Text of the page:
Scrappy Windows QAL - Week 7- Quilt + Bind
- Week 1 Blog Post (Cutting)
- Week 2 Blog Post (Planning & Organizing)
- Week 3-5 Blog Post (Creating Sections)
- Week 6 Blog Post (Quilt Top Assembly)
- Scrappy Windows Quilt Kits
- Scrappy Windows Blog Post
- FREE Scrappy Windows pattern
- Shop Scrappy Windows kits
This is the final step of the process; quilting and binding! Generally speaking, you'll do this like you would any other quilt, but there are a few important tips to call out.
We'll be referring to Minute 42:54 of the Scrappy Windows video tutorial, seen below.
I am a die-hard pin baster. When I first started quilting, I spray basted but I started having issues so I switched to pins and never looked back. So naturally with this quilt, I'm going to recommend pin basting, but feel free to use whatever method you prefer! I do wonder with the weight of the quilt top and the bulkiness of the seams, if spray basting would be as effective as pin basting. I'm not sure! If you try it and have great results (or bad ones) reach out and let me know and I'll be sure to share!
I also found that basting this quilt on my table was a HUGE help. I started doing this about a year ago and I haven't basted a quilt on the floor ever since. To do this, you'll need the biggest table you have, extra wide painter's tape and medium curved safety pins. That's it! I would recommend putting one pin in each of the background sections just to give you an idea of how many pins you need.
If you don't have a large table, consider using a picnic table at a local park or even check with your library to see if they have a table that you can borrow.
I've also had lots of questions about protecting the table from the pins. First and foremost you can put a large cutting mat or cutting mats under the area that you are basting. If you want to bypass that step, I just make sure that I don't insert the pin too forcefully. Once the pin goes through the quilt, I lift up pretty quickly before it has time to reach the table. Also make sure that you are gliding the pin in by keeping it close to the edge of the quilt while you are inserting it. If you angle the pin at a 90 degree angle while you are inserting it, you'll be more likely to "jab" your table.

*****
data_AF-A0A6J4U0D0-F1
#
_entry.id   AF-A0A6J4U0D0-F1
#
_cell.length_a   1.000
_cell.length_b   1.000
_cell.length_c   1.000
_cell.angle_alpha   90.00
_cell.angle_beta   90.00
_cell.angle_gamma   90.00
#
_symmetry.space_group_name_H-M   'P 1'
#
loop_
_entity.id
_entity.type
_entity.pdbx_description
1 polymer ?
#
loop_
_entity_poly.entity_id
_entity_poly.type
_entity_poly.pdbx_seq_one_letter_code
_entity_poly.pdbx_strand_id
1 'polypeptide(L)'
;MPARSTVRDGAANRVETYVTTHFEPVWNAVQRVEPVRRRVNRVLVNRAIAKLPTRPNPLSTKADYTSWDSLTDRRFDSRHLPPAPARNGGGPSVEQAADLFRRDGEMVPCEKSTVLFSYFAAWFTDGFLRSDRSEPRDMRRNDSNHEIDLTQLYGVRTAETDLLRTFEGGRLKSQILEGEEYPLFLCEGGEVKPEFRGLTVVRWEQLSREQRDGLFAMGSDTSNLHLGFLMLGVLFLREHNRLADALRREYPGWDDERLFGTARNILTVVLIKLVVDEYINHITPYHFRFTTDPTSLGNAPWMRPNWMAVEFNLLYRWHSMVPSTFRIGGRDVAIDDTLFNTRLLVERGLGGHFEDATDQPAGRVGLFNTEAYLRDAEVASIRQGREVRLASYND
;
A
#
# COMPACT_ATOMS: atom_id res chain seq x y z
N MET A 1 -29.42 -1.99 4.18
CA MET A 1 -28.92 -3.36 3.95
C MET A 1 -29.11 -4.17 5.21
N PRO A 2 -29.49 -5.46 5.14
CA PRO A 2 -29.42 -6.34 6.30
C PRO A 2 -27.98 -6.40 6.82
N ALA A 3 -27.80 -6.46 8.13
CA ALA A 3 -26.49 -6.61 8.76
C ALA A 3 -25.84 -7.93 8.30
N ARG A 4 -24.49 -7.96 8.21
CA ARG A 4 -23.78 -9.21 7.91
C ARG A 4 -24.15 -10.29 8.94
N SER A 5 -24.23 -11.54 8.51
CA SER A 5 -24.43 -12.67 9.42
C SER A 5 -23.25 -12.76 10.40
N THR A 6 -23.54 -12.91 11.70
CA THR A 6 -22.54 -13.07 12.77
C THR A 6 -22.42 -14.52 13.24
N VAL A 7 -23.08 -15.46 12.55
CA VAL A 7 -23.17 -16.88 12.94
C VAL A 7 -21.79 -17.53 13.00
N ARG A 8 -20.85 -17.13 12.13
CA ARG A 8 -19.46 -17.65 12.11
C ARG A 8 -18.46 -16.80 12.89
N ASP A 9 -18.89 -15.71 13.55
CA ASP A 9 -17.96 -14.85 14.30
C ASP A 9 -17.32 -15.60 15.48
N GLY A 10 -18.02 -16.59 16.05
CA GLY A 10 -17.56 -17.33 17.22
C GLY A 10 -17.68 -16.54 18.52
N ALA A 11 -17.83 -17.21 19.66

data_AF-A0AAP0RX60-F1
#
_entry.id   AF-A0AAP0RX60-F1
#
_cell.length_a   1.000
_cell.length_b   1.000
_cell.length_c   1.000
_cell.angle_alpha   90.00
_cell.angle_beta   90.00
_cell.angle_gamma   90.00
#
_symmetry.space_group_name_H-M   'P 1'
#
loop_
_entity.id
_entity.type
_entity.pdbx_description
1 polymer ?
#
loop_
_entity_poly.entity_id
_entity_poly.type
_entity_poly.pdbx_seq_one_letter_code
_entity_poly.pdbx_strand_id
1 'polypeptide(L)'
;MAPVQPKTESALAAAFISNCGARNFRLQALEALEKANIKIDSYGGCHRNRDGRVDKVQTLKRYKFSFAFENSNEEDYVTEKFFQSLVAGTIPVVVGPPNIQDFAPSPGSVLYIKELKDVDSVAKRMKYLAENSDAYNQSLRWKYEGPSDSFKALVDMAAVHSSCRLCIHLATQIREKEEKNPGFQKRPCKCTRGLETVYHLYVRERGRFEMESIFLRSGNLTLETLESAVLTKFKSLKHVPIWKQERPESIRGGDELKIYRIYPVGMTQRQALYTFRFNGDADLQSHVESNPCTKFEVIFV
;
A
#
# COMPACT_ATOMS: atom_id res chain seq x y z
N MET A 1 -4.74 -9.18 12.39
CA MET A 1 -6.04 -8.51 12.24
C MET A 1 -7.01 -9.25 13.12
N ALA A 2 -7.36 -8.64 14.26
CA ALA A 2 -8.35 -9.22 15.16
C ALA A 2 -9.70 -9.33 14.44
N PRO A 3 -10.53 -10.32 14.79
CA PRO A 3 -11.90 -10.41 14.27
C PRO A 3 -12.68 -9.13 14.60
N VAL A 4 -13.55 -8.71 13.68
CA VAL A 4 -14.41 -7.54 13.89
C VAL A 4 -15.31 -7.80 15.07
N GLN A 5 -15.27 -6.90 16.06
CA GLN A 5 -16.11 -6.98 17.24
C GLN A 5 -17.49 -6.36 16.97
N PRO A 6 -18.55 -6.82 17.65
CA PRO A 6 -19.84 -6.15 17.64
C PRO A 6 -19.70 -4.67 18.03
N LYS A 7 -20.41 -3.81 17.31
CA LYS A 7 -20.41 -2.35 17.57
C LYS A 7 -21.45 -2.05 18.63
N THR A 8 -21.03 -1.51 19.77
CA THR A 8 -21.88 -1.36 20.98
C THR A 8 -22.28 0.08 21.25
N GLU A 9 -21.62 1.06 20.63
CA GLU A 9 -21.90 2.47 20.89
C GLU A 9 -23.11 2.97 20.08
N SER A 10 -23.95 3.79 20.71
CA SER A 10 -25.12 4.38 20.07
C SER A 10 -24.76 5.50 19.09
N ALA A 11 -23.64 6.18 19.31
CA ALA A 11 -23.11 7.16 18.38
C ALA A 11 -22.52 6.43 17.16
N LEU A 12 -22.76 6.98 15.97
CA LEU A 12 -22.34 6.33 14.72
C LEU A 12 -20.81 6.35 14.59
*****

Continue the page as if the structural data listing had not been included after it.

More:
I hand-tied "x's" at each Window intersection on my first quilt and I LOVED both the process and how it turned out. If you've been wanting to try hand quilting but you're overwhelmed by the process, I think this is a really great happy medium. I would watch the video above for exact details. Using 12 or 8 weight thread is perfect!
I plan to do something a little different for my current quilt. I'm going to machine stitch diagonal lines in the Background portion of the quilt. My lines will intersect where my hand ties were. Then I think I'll go back in and do hand ties as well. They won't be structurally necessary, but I really do love the handmade touch that they add.
You DEFINITELY want a 90/14 quilting needle for this process. You may even choose to quilt with 40 weight thread. (I'm going to be using 50 weight.)
I'll update everyone with how this turns out, so stay tuned!
You'll bind this quilt like you would any other quilt. Here are a couple of tips:
- I stitched around the perimeter prior to trimming away my batting and backing. I think this is only really necessary if you hand tie; although it doesn't hurt if you want to do it regardless.
- I normally use a 2.25" binding; since this quilt has more layers than normal, I used a 2.5" binding.
- Make sure the binding covers the raw edges of the edge/corner Window pieces. I was sure to check underneath my binding once it was sewn onto the front to make sure those pieces were well within my seam allowance.
You'll probably want to use a walking foot for this process, if that's something that you don't already do.
Then I did a hand stitched detail on the back of my quilt, which I'll probably do again for my current version. I don't think machine stitching the back of the binding down would turn out well on the front of the quilt. Alternatively, If you want to machine bind, I would sew the raw edges of your binding onto the back of the quilt first, then machine stitch the fold on the front of your quilt. This way the bobbin stitches would show on the backing.
By the end of this week you will have a finished quilt! YOU DID IT!
I cannot wait to see everyone's finished Scrappy Windows quilts! Please share a photo on Instagram and tag me (@loandbeholdstitchery) so that I can see! Don't forget to use the hashtags:
Thanks for joining in for this Quilt Along! I hope you had as much fun as I did. :)